Over the years I've gotten used to finding the occasional few ants that
find their way in; a drop or two of my favorite ant bait used to resolve
the problem. I always put some where I found the first ant, and then
patiently waited for the ant to bring friends. Once they establish a
trail to their meal it's fairly easy to follow them and figure out where
they're coming in. Then I put bait on their trail outside, go nuts with
a variety of cleaners to eliminate the portion of the trail that extends
inside, and caulk whatever crevice they found through which to invade my
abode. I've found that White Footed Ants require a little more work.
I fed a few, and the trail grew, and grew, and grew. In desperation, I
tried new baits. I was overlooking one very important thing, and I knew
Trees grow. In the hot Florida summer, particularly after a deep soaking
rain saturates the ground, many trees extend their branches with
stunning speed. Those branches are often ant highways.
I generally use a slow acting borax bait, but I stormed the stores and
bought one of every bait available. I didn't want to cut the branch and
trap all of those bugs inside, but I didn't want even more ants to come in. I
baited the trail, the branch, the tree, and every other tree, shrub and
plant taller than the lawn.
For a couple of days I baited every morning and evening. See, the bait
dries up, and these ants aren't as active during the heat of the day
anyway. It worked. The trail slowed to a trickle and we cut the branch.
I kept baiting and baiting, and trimming and trimming. I caught this ant
alone on the wall outside trying to move in with a pupa. Perhaps all of
the trimming knocked some nests out of the trees.
What I'd overlooked was a tree branch. Funny, it was a
Black Olive Tree
Talk about extending the Olive Branch! We'd just recently trimmed the
tree, but one branch grew fast and escaped my notice; the ant trail that
poured off of the branch and stormed the soffit vent was at least four
inches wide. I'd never seen such a thing! I was totally creeped out! I
wanted those bugs gone RIGHT NOW!
With some ants, it's enough to bait the bugs you see. White Footed Ants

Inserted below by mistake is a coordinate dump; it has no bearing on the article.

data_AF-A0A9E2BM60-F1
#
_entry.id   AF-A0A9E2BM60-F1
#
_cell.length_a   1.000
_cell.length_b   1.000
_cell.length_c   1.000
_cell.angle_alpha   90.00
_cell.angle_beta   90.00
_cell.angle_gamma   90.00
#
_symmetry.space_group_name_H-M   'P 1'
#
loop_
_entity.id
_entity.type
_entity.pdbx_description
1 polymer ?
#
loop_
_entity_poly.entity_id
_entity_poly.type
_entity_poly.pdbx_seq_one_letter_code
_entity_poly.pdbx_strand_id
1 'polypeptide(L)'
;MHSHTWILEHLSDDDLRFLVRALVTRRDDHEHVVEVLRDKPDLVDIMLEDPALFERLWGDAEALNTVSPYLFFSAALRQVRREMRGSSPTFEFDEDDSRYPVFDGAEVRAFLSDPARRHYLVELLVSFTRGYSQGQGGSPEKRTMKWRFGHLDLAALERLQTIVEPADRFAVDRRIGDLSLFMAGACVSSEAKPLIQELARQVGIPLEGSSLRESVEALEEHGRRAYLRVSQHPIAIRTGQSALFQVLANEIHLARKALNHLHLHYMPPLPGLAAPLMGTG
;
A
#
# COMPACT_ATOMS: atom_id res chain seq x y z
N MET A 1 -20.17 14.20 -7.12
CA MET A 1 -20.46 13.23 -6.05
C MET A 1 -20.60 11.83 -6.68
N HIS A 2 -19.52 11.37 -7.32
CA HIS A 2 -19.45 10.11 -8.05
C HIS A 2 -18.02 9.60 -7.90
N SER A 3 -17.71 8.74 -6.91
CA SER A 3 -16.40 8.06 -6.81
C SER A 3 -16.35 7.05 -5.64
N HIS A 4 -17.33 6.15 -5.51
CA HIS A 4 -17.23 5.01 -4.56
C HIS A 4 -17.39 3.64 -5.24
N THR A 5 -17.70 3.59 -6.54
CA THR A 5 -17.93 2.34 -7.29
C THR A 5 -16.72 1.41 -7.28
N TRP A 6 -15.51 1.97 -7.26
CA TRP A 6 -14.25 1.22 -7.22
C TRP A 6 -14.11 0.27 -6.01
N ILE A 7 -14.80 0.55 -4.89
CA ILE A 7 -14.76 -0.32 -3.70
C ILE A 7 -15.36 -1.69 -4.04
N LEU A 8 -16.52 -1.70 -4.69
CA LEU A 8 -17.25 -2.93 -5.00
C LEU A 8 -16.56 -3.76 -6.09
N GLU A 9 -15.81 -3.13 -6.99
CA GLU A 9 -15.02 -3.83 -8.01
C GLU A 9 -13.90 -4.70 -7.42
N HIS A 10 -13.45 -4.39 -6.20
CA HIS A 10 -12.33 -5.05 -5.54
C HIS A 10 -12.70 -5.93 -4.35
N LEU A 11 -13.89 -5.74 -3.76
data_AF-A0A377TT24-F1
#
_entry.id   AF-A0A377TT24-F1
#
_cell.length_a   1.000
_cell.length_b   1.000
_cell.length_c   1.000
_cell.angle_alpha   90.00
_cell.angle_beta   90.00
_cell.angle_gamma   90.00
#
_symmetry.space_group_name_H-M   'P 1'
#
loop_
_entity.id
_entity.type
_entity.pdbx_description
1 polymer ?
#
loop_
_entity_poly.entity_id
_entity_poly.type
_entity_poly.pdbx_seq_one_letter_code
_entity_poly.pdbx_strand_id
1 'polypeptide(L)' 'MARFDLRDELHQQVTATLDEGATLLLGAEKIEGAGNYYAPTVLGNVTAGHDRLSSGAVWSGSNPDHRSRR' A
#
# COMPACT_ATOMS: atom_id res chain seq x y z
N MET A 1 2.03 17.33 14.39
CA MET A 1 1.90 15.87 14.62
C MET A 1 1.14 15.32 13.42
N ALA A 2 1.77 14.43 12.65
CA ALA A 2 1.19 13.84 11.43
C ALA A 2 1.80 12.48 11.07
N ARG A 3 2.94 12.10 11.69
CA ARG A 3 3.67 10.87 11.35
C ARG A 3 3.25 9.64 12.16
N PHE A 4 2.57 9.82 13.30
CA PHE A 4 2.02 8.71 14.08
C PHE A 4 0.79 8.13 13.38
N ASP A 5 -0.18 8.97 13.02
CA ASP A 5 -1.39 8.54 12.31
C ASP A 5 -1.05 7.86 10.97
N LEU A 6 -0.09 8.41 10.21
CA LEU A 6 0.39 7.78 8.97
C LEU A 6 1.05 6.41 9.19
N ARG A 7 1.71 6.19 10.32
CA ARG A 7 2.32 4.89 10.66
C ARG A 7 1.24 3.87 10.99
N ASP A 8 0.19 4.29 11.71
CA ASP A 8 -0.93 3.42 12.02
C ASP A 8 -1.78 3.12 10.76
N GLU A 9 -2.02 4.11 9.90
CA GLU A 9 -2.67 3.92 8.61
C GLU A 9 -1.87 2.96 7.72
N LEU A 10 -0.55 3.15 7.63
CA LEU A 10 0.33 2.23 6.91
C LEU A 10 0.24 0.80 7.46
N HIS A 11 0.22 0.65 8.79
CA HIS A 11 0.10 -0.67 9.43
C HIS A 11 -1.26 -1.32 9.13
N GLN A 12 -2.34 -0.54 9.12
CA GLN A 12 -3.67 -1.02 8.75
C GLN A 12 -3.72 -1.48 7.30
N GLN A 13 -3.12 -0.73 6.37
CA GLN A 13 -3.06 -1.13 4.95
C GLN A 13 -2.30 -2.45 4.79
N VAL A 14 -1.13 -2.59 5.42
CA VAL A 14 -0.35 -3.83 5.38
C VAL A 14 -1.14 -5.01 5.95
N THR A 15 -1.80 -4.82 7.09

are different; here's what I've learned. First, never, ever let a tree
branch touch your house!
Second, it isn't enough to bait the problem
trail - you have to bait the trees too. Third, this will not eliminate
the ants, so you can't ever really stop. Wow, that rots, doesn't it!
(Disclaimer - this is my hobby, I'm sharing my experiences; call a
professional if you need advice, don't count on me.) Speaking of
professionals, I submitted this last picture to
confirmed that the little black ants are indeed White Footed Ants.
Thanks Bug Guide! The
University of Florida has great information about White Footed Ants
For a day or two I deeply desired to torch the trees, but my husband,
local fire laws, and common sense restrained me.
The ants moved in from
somewhere, and even if you kill every ant on your property, which
probably can't be done, they'll just
move back from whence they came before, so the objective is to keep them out of
the house. I think that my ants swell in number when the Black Olive
Trees bloom, so I'll have to remember to bait more while they flower
and prepare for invasion when the flowers fall and they look elsewhere
For years I've taken a walk around the house every so often in search of
trails to bait, but with these ants in the area I'll have to do so more
often and check the plants too. The ants also moved into my White Crownbeard, which I'd planted much too close to the house, so my
have one less
now. A few other plants are
also on my list to remove now that I've had this unbelievable ant
After all of that bait, the ants are still easy to find in the trees,
but there aren't as many of them.
It quit raining a
little while ago, so I went out for one more picture of these ants to
show you how small they are. This little group took shelter in a dry
spot under a branch and was briefly content to tolerate my finger beside them.
They look very much like little black ants until you zoom in on the
bottom half of their tiny legs and see their white stockings, or at
least notice that it's difficult to see the more pale bottom half of